Joanne Sales has recruited a significant ally in her war against a foreign invader in the Central Island — the Royal Canadian Air Force.
And while they won’t be using broom-seeking missiles or napalm, Sales is confident they’ll make a significant impact on their foe — invasive Scotch broom.
On Tuesday, 19 Wing Comox Captain Trevor Reid announced that members of the unit will clear Scotch broom from Ryan Road on Wednesday.
“This volunteer work is being done in conjunction with Broombusters,” Reid said. “This organization is providing tools and instruction on how to properly remove the plants to the 19 Wing volunteers.”
Sales said she was delighted with the development, noting that Ryan Road, which leads to the Comox military base, is particularly infested with broom.
“That’s a terrible road that leads down to the base,” Sales said. “Even with 120 people coming out, I still don’t think they will get it all.”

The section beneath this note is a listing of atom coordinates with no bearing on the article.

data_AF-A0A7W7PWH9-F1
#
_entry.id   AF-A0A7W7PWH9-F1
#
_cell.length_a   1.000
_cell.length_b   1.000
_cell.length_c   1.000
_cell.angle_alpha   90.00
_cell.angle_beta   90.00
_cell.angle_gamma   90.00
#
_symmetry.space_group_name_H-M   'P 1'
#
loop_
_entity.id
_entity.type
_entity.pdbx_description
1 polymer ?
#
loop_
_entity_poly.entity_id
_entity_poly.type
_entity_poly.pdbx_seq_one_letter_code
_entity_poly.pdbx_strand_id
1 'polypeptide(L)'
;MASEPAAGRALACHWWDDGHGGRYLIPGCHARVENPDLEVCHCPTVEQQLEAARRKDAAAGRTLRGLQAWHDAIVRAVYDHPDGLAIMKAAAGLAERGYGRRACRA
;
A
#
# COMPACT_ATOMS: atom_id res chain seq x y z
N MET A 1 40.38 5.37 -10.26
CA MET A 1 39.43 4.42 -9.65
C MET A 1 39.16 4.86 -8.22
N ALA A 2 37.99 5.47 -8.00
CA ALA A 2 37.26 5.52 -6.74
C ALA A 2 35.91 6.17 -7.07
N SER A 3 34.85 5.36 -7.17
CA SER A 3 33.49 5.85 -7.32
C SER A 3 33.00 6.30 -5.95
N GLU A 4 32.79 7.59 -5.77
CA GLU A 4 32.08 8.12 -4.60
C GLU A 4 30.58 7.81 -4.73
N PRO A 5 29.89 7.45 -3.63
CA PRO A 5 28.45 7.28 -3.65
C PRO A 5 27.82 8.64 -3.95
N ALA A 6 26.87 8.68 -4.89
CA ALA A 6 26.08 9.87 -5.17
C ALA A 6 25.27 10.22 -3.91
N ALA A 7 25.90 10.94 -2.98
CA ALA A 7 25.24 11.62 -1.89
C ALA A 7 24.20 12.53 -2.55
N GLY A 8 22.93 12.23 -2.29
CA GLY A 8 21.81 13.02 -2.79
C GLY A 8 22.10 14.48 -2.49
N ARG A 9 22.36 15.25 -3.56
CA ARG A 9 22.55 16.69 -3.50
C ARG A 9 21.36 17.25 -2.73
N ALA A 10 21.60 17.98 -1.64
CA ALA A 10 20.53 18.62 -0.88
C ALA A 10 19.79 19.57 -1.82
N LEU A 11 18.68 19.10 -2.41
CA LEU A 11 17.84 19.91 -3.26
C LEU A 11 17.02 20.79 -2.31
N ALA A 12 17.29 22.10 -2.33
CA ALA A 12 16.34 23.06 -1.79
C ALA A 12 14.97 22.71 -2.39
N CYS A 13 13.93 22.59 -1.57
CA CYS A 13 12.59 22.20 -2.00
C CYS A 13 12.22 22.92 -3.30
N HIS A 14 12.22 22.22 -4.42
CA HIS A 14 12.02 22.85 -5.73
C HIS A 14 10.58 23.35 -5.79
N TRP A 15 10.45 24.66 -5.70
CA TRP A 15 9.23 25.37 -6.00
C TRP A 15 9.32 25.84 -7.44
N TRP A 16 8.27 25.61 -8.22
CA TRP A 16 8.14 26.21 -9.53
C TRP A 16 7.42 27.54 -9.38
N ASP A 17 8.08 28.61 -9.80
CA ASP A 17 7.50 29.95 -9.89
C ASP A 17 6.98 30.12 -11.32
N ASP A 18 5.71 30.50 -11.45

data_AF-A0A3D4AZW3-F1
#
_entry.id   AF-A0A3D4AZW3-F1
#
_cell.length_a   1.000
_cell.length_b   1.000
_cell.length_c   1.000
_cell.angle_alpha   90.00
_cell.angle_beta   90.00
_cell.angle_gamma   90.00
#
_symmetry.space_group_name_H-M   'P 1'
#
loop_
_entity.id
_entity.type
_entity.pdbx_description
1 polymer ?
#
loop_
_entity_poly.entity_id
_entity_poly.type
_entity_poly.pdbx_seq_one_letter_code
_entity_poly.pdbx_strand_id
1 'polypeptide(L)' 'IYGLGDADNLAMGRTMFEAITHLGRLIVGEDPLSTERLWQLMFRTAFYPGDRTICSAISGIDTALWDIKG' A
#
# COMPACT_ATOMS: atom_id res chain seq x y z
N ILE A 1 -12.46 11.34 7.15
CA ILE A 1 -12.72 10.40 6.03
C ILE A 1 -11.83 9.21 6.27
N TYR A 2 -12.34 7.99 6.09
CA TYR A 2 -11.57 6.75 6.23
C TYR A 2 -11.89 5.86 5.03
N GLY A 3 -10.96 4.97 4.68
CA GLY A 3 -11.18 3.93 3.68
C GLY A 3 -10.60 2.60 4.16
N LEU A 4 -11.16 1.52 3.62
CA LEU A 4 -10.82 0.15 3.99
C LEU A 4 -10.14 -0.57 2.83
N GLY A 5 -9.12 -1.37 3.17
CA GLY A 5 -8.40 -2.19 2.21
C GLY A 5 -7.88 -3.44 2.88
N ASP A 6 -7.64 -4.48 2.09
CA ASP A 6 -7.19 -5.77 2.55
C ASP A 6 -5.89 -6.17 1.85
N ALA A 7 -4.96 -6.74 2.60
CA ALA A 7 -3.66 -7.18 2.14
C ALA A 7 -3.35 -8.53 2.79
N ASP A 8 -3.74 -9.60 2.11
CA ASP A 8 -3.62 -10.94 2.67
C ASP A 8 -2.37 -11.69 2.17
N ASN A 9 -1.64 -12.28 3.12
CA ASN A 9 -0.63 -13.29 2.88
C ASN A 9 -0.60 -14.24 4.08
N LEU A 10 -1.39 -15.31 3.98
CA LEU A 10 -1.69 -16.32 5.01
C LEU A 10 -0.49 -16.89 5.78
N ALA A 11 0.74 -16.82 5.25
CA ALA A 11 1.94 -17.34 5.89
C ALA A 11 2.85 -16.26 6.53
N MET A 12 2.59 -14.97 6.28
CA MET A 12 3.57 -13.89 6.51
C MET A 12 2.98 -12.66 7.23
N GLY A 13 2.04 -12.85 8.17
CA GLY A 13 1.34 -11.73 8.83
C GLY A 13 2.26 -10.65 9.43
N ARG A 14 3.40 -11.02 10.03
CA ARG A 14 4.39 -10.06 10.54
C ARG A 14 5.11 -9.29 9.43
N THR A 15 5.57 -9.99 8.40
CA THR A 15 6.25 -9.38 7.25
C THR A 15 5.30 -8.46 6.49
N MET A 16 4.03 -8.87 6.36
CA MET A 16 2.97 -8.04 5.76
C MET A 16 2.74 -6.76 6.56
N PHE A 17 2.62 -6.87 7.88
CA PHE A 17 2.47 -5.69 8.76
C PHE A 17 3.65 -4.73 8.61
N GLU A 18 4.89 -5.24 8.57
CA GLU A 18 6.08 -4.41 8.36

Even with help from the military, Sales conceded it’s unlikely Vancouver Island will ever be once-again broom-free, but if enough people get involved, it can be at least controlled.
“I don’t think we can beat the big areas,” she said. “We go to the little areas because what we have to do is stop it from spreading and save what’s left. When we see a small patch in the corner of an open field, we take it out and we’re saving that field. I try not to look at the areas already covered in broom.”
Support from the media, she said, has alerted many people to the need to do something about the problem. That support comes not only from The NEWS, but now also from CTV, which on Monday filmed a segment on Broom Busters for their show, I Love This Island.
Now, she said, the key is to get those people out in the field with a set of sharp loppers.
“Now that people are aware, we need to move people beyond awareness to saying, ‘I can do something about this,” she said. “It doesn’t have to spread any more than we have it now.”
Sales noted that aerial photographs show the major infestations of broom tend to be along road corridors, so when people see a sea of yellow along the side of the highway, they are seeing the worst of it.
“It’s much worse along the roads,” Sales said. “It goes where humans go.”